Keir Starmer should ‘seek another mandate’ from membership if he fails to honour leadership pledges

Party’s left bloc accuse Labour leadership of being ‘missing in action’ and ‘waging war on left’

Ashley Cowburn
Political Correspondent
Tuesday 28 September 2021 23:29
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<p>Jeremy Corbyn addresses an audience at a fringe event for political festival The World Transformed on the fourth day of the Labour conference </p>

Jeremy Corbyn addresses an audience at a fringe event for political festival The World Transformed on the fourth day of the Labour conference

Sir Keir Starmer should go back to the Labour membership and seek a new “mandate” if he fails to honour pledges made during the leadership contest, a former shadow cabinet minister has said.

The message from Andy McDonald, who quit the frontbench on Monday, came as a series of MPs from the party’s left bloc stood up at a rally on Wednesday evening to criticise the leadership, with one accusing Sir Keir of “waging war on the left”.

On the evening before the Labour leader’s first major in-person address to party delegates, another left-wing MP described the conference as “goddamn awful” while a third claimed the leadership was “missing in action” as the country faced a series of crises.

The rally — hosted by The World Transformed on the fringes of the conference — included John McDonnell, Jeremy Corbyn, Richard Burgon, Rebecca Long-Bailey, and Zarah Sultana alongside other MPs from the parliamentary Socialist Campaign Group.

The event underscored the widening divisions between the left and Sir Keir’s leadership, with rows erupting at Labour’s annual conference over the party’s rulebook, concerns the leader is backtracking on key pledges he set out before succeeding Mr Corbyn in 2020, and the resignation of a shadow minister with a withering attack on Sir Keir.

On the penultimate day of the conference, the left-wing bakers’ union also disaffiliated from Labour — a move described by Ms Long-Bailey at the rally on Wednesday as a “very dark day” for the party.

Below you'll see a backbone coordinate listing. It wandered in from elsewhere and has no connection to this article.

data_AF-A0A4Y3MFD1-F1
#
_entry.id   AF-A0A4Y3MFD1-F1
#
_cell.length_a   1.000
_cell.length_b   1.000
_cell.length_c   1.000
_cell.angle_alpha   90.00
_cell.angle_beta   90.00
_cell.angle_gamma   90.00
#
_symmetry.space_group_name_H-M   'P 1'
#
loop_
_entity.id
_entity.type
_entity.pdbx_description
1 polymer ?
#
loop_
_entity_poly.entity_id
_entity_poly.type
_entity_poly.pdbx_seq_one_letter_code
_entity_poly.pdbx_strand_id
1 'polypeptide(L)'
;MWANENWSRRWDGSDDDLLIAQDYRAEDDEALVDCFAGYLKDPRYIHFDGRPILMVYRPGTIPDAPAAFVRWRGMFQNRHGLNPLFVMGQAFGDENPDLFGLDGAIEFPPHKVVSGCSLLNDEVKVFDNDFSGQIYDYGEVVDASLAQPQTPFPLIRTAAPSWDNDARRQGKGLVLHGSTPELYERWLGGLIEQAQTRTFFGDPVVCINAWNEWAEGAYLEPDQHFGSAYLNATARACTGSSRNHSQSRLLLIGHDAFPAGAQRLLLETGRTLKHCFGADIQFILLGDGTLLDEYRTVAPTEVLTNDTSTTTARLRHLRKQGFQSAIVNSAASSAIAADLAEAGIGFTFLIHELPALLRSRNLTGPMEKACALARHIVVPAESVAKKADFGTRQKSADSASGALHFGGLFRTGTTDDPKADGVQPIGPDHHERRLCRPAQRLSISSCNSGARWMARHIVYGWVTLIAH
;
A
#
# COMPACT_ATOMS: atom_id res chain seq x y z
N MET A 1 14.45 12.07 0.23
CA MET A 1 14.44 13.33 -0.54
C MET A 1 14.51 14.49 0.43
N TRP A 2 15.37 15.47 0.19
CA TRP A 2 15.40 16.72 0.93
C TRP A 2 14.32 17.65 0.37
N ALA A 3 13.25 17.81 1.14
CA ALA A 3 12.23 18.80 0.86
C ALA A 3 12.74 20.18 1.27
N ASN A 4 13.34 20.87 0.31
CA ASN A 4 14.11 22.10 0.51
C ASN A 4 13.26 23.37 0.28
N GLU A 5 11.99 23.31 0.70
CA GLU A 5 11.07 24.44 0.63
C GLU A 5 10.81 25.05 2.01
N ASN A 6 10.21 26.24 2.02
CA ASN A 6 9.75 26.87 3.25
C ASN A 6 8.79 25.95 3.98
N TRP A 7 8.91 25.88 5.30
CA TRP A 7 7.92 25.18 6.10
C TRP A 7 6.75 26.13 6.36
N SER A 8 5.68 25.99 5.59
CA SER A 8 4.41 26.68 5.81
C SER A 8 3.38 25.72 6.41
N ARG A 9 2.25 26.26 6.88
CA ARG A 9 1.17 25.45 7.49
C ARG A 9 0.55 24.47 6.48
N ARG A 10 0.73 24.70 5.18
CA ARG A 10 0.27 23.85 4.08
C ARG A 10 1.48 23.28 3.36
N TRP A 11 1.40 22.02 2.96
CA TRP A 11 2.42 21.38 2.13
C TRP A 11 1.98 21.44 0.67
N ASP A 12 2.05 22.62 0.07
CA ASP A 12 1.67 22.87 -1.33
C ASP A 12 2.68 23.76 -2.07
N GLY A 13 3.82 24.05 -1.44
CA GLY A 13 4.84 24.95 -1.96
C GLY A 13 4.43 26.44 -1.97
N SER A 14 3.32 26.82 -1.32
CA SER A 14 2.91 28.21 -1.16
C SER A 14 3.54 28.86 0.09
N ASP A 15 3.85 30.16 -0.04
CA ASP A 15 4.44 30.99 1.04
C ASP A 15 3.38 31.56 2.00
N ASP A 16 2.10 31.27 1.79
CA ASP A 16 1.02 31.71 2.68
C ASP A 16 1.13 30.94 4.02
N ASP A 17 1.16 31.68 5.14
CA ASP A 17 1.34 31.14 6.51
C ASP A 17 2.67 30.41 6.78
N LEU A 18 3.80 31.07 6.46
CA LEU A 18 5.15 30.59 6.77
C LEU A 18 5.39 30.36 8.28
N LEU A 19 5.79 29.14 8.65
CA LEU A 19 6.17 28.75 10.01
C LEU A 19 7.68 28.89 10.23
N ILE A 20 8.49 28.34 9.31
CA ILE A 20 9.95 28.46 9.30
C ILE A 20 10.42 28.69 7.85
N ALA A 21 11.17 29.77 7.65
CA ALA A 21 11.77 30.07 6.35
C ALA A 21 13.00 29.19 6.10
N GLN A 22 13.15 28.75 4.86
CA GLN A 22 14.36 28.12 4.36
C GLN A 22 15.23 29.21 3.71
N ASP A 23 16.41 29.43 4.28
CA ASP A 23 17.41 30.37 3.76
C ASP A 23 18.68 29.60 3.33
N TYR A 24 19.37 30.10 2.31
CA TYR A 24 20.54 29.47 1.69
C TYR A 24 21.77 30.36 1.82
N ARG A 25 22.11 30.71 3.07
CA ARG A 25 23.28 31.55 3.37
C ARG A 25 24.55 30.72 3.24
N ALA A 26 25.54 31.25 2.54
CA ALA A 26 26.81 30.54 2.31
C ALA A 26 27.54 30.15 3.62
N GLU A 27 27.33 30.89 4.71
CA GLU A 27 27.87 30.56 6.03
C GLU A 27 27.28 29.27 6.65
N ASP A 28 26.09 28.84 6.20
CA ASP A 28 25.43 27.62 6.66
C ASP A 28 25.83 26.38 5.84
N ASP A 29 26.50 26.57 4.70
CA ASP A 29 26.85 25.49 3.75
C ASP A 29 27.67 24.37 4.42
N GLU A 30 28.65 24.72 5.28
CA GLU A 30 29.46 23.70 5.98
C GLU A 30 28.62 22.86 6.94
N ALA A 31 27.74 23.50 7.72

In a message read out to activists, Mr McDonald, who quit the frontbench on Monday over a campaign to introduce a £15-per-hour national minimum wage, reiterated his criticisms, but also suggested Sir Keir should face the membership again.

“My message to Keir is that he must return to the 10 pledges on which he was elected to the leadership by Labour members. Comrades, if he fails to do so, he should go back to the membership to seek another democratic mandate,” he said.

“If the leader has any respect for democracy and for our members, I call on him to honour to the decision conference took this afternoon for a £15 an hour national minimum wage.”

In remarks that received a rapturous applause from activists, Richard Burgon, a key member of Mr Corbyn’s shadow cabinet, also said the Labour leadership was “missing in action” — despite the country facing a crisis on multiple fronts.

Referring to the changes to the rules on future leadership contests, he went on: “The best the Labour leadership could come up with was bloody rule changes. It ended in the grotesque chaos of a Labour leader — a Labour leader — scurrying around Brighton trying to draft the terms of his own redundancy.”

The MP added: “The rumours of the death of the Labour left are somewhat exaggerated. The Labour left will again one day win a leadership election.”

In his own speech on Wednesday evening at The World Transformed, Mr Corbyn said he was “so depressed” time had been set aside at conference to discuss a rule change “that nobody wanted, nobody asked for, and nobody demanded”.

In scathing remarks, Lloyd Russell-Moyle MP said: “It has been a goddamn awful conference with a goddamn awful leadership. 

“The problem is he [Sir Keir] might a very nice man, but he is not a politician for the Labour Party,” he added.

“No politician worth their salt would wench the whole of conference to try and introduce rule changes like they did. No politician worth their salt would wage an internal war on a party when we have one of the worst governments in history.”

And in a message directly aimed at the leadership, Zarah Sultana, a member of Labour’s 2019 intake, said: “Instead of waging war on the left, instead of purging members, provide real opposition to the Tories – do your job.”

A second member of the 2019 intake, Nadia Whittome, said some delegates will be leaving conference “demoralised” with the left “facing huge attacks” and democracy in the party being “undermined”.

But she added: “To those of you who feel like leaving the party, I urge please you to stay. This the long game. The right of the party want you to leave, don’t play into their hands.”

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